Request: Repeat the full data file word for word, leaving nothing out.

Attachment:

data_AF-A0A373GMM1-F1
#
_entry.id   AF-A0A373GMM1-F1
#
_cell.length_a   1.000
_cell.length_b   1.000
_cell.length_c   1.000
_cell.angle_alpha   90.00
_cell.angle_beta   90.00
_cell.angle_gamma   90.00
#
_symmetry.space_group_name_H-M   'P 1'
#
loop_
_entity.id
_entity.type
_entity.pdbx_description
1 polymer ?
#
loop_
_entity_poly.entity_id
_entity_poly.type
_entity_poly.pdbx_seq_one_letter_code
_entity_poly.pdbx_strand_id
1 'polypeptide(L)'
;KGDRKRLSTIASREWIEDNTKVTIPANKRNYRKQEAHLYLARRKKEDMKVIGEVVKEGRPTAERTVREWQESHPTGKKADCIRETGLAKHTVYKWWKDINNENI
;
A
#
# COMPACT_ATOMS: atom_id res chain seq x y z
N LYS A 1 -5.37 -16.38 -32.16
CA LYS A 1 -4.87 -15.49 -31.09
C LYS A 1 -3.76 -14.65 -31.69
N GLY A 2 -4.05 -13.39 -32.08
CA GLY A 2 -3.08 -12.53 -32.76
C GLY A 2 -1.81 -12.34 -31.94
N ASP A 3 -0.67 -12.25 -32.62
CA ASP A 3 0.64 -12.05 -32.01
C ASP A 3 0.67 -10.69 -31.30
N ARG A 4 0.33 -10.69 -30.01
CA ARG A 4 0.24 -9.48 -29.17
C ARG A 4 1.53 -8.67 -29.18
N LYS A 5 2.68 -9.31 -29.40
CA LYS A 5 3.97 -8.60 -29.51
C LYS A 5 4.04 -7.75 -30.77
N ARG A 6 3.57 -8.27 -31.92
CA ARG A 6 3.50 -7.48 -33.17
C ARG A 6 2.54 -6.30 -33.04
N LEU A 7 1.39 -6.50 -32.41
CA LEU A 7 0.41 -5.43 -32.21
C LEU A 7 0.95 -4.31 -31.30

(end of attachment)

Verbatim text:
data_AF-A0A373GMM1-F1
#
_entry.id   AF-A0A373GMM1-F1
#
_cell.length_a   1.000
_cell.length_b   1.000
_cell.length_c   1.000
_cell.angle_alpha   90.00
_cell.angle_beta   90.00
_cell.angle_gamma   90.00
#
_symmetry.space_group_name_H-M   'P 1'
#
loop_
_entity.id
_entity.type
_entity.pdbx_description
1 polymer ?
#
loop_
_entity_poly.entity_id
_entity_poly.type
_entity_poly.pdbx_seq_one_letter_code
_entity_poly.pdbx_strand_id
1 'polypeptide(L)'
;KGDRKRLSTIASREWIEDNTKVTIPANKRNYRKQEAHLYLARRKKEDMKVIGEVVKEGRPTAERTVREWQESHPTGKKADCIRETGLAKHTVYKWWKDINNENI
;
A
#
# COMPACT_ATOMS: atom_id res chain seq x y z
N LYS A 1 -5.37 -16.38 -32.16
CA LYS A 1 -4.87 -15.49 -31.09
C LYS A 1 -3.76 -14.65 -31.69
N GLY A 2 -4.05 -13.39 -32.08
CA GLY A 2 -3.08 -12.53 -32.76
C GLY A 2 -1.81 -12.34 -31.94
N ASP A 3 -0.67 -12.25 -32.62
CA ASP A 3 0.64 -12.05 -32.01
C ASP A 3 0.67 -10.69 -31.30
N ARG A 4 0.33 -10.69 -30.01
CA ARG A 4 0.24 -9.48 -29.17
C ARG A 4 1.53 -8.67 -29.18
N LYS A 5 2.68 -9.31 -29.40
CA LYS A 5 3.97 -8.60 -29.51
C LYS A 5 4.04 -7.75 -30.77
N ARG A 6 3.57 -8.27 -31.92
CA ARG A 6 3.50 -7.48 -33.17
C ARG A 6 2.54 -6.30 -33.04
N LEU A 7 1.39 -6.50 -32.41
CA LEU A 7 0.41 -5.43 -32.21
C LEU A 7 0.95 -4.31 -31.30